Helping housewares executives make their tough product and marketing decisions

Product Concept Testing

Product Concept Testing

Quite simply, the purpose of product concept testing is to determine how interested consumers are in a new product idea.

This information can be used to evaluate the idea and as a diagnostic tool to help identify what consumers do and do not like about the proposed product so that idea can be revised and enhanced to improve its appeal.

Sample

The product concepts are typically tested among one of two different sample populations:

1. A nationally representative sample of U.S. households: Concept testing is conducted with a nationally representative sample to quantify purchase interest, provide projectable data that can be used to develop sales forecasts, and obtain demographic data that can be used to identify the target market for the product.
2. Riedel Marketing Group’s proprietary HomeTrend Influentials Panel (HIP):  Concept testing is conducted with HomeTrend Influentials Panel to obtain richer deeper insight and diagnostic information into why the respondents are or are not interested in the product concepts and what they do and don’t like about the product concepts. In addition, variations of product concepts can be tested iteratively.

The Concept Statement Includes Graphics and a Written Description

Example of product description used for a product concept test

Respondents are shown a graphic depiction and written product description of the product concept.

The graphic may be a free-hand sketch, a more detailed illustration, a computer generated rendering, or a photo.

The written description of the product typically starts with a brief introductory paragraph that highlights most important product benefit or point of differentiation. Bulleted lists are often used to describe how the product is used, how it works, and key product features and benefits.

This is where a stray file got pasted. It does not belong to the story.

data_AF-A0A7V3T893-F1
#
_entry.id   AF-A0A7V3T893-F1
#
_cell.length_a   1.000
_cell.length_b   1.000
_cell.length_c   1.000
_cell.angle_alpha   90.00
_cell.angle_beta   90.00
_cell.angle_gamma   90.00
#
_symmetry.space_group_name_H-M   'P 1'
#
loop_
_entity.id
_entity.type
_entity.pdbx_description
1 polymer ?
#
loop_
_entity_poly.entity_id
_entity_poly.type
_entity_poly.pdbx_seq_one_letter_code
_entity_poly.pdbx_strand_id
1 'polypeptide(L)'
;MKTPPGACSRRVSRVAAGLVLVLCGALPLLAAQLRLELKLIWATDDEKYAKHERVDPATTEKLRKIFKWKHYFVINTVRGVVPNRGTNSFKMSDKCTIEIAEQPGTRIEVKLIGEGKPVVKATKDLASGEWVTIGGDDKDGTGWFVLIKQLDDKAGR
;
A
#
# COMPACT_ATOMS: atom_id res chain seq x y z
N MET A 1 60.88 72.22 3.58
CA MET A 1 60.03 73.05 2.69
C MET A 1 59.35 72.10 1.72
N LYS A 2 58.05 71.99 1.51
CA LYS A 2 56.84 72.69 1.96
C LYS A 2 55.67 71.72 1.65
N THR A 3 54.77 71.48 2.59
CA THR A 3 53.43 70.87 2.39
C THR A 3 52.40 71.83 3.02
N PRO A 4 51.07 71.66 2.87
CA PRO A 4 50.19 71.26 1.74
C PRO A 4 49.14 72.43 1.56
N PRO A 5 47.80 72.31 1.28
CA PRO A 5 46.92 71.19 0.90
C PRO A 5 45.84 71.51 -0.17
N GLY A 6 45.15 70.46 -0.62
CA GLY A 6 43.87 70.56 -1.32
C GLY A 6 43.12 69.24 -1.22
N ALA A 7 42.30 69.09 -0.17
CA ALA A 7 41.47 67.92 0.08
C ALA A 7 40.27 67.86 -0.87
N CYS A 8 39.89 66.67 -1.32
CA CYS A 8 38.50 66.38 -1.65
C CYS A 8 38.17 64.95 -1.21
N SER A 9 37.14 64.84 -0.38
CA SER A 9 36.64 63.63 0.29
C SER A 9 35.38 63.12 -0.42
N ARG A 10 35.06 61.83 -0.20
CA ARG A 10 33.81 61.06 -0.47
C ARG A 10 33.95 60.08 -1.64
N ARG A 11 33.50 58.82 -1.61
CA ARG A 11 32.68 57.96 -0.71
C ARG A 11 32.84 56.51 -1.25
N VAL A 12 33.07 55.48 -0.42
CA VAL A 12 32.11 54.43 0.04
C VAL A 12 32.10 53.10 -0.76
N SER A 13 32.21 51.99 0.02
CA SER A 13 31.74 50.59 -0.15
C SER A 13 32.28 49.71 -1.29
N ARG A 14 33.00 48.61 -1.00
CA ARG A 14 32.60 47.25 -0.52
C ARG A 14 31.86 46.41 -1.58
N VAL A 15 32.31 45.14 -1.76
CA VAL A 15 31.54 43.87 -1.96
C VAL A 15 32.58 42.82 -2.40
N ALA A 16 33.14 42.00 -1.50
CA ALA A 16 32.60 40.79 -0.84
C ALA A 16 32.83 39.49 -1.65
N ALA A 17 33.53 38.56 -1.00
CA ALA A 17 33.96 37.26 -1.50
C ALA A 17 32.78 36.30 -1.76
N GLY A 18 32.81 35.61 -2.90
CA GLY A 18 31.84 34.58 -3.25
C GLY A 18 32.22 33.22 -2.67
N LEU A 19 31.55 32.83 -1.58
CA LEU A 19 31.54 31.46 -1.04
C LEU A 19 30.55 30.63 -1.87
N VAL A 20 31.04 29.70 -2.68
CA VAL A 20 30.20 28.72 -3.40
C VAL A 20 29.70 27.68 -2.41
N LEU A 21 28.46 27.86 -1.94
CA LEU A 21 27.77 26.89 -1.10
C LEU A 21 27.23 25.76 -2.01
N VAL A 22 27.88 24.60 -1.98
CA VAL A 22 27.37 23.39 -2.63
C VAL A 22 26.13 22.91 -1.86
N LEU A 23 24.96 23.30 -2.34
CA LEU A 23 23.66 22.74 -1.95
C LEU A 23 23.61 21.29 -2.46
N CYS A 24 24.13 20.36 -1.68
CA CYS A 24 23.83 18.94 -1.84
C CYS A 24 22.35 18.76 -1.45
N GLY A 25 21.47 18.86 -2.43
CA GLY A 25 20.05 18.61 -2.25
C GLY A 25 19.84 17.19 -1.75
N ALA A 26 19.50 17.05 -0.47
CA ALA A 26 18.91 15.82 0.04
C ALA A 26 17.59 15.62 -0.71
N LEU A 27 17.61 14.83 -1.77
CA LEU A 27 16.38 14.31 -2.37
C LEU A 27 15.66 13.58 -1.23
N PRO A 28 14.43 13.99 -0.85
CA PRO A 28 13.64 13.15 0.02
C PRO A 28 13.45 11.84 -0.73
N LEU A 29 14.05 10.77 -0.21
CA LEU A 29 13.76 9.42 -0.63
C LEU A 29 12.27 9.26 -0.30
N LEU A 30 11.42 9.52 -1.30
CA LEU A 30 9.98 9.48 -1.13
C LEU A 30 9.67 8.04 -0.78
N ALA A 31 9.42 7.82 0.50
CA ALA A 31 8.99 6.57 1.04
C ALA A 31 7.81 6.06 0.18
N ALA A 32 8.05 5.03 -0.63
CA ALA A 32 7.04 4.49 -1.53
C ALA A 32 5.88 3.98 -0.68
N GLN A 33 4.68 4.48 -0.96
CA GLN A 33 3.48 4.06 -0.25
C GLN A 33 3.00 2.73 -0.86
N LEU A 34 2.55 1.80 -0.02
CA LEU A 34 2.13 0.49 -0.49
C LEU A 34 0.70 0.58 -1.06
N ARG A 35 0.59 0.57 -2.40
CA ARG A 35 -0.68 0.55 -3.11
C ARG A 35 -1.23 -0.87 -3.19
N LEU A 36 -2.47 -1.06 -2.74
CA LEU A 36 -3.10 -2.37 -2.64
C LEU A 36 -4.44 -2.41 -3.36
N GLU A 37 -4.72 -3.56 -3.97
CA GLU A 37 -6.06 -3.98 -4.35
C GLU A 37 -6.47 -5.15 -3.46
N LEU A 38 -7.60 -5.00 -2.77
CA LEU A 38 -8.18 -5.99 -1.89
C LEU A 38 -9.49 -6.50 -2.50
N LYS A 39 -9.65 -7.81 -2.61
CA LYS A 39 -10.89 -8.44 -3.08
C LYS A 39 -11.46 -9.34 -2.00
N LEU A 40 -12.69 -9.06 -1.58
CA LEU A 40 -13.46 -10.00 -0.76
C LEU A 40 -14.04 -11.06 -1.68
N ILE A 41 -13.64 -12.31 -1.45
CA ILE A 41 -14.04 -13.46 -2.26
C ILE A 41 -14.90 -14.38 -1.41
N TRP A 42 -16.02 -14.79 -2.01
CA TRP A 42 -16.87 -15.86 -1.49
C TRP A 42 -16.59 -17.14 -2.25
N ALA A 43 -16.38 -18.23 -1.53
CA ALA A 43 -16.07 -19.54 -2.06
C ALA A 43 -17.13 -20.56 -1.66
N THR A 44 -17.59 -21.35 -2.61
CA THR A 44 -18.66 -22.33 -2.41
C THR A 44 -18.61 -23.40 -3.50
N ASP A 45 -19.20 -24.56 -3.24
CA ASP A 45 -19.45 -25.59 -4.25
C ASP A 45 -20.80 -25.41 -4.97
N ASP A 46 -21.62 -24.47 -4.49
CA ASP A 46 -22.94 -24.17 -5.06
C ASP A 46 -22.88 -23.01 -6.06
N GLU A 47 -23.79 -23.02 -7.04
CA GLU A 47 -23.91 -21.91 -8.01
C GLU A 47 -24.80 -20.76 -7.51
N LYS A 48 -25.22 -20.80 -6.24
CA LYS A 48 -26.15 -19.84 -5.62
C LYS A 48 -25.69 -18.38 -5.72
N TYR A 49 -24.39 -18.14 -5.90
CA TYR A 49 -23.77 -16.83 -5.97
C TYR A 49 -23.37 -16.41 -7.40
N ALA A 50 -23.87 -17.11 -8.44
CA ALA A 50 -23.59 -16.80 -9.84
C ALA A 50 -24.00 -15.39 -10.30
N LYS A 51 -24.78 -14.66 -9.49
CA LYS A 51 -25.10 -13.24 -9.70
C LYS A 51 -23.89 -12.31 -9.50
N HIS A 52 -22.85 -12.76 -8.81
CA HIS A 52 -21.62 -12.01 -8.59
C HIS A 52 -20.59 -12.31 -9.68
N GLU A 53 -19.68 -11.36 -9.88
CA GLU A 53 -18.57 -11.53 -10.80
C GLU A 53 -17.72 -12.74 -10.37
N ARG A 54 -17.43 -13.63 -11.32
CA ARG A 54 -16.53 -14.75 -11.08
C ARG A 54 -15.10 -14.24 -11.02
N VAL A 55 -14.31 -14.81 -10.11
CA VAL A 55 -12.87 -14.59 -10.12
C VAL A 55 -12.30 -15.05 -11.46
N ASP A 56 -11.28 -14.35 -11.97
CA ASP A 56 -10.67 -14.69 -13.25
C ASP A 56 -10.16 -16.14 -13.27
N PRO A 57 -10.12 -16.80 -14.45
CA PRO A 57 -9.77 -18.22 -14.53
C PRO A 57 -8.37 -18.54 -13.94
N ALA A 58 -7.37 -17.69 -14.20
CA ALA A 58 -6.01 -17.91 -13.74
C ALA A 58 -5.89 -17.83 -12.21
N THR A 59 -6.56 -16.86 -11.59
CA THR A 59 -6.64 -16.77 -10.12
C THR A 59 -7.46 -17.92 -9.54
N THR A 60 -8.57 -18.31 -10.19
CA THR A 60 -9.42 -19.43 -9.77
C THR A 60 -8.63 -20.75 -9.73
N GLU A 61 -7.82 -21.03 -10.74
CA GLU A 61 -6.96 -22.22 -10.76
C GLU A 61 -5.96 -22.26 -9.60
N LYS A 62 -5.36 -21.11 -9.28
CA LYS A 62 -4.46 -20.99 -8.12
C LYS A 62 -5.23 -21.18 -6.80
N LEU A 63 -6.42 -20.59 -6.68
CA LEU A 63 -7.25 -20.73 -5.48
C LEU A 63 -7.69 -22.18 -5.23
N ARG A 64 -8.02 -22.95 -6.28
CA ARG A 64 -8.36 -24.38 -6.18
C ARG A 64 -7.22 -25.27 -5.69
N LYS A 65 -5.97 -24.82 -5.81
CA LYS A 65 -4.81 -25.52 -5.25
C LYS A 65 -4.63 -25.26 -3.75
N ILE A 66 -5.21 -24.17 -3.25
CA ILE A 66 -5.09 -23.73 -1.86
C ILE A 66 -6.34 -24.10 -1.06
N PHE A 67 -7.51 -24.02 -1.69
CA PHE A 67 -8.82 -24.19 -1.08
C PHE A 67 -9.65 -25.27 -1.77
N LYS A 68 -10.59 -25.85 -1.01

The amount of information included in the product description depends on how familiar consumers are with the product category. For example, consumers do not need to be provided with an explanation of how a microwave oven works. But a new-to-the-market energy monitoring device would require a more detailed explanation.

A Standard Battery of Questions is Used to Determine Purchase Interest

Standard battery of questions used in product concept testing

A battery of four rating scale questions is used to determine respondents’ degree of interest in each product concept. Interest is measured along four dimensions: desirability (need), believability, exclusivity/uniqueness, and purchase likelihood.

A Question to Get At Buzz-Worthiness

Question used to determine if product is buzzworthy

Because of the ever increasing importance of product reviews and social media-driven word-of-mouth, I ask a question about how likely the respondentwould be to recommend the product.

Open-ended Questions Answer the “Why” Questions

Members of the HomeTrend Influentials Panel are asked a series of open-ended questions after they have answered the standard battery of questions. These open-ended questions are designed to get at the “why” — why the respondent would or would not be likely to buy the product, why they would or would not recommend the product to family and friends.

Pricing Questions

Sample pricing questions used in product concept testing

Pricing can be tested by using a set of purchase intention questions, each of which includes a different retail price for the concept. The respondent is asked her interest at the highest price point first. If there is no interest in purchasing the product at this price, then she is asked again at successively lower prices to see whether at some price point there is some interest in purchasing the product.

 The Product Concept’s Scores Are Compared to Other Housewares Products

example of table used to compare concept test findings

To help the client interpret the product concept test scores, I provide normative data from my extensive product concept database.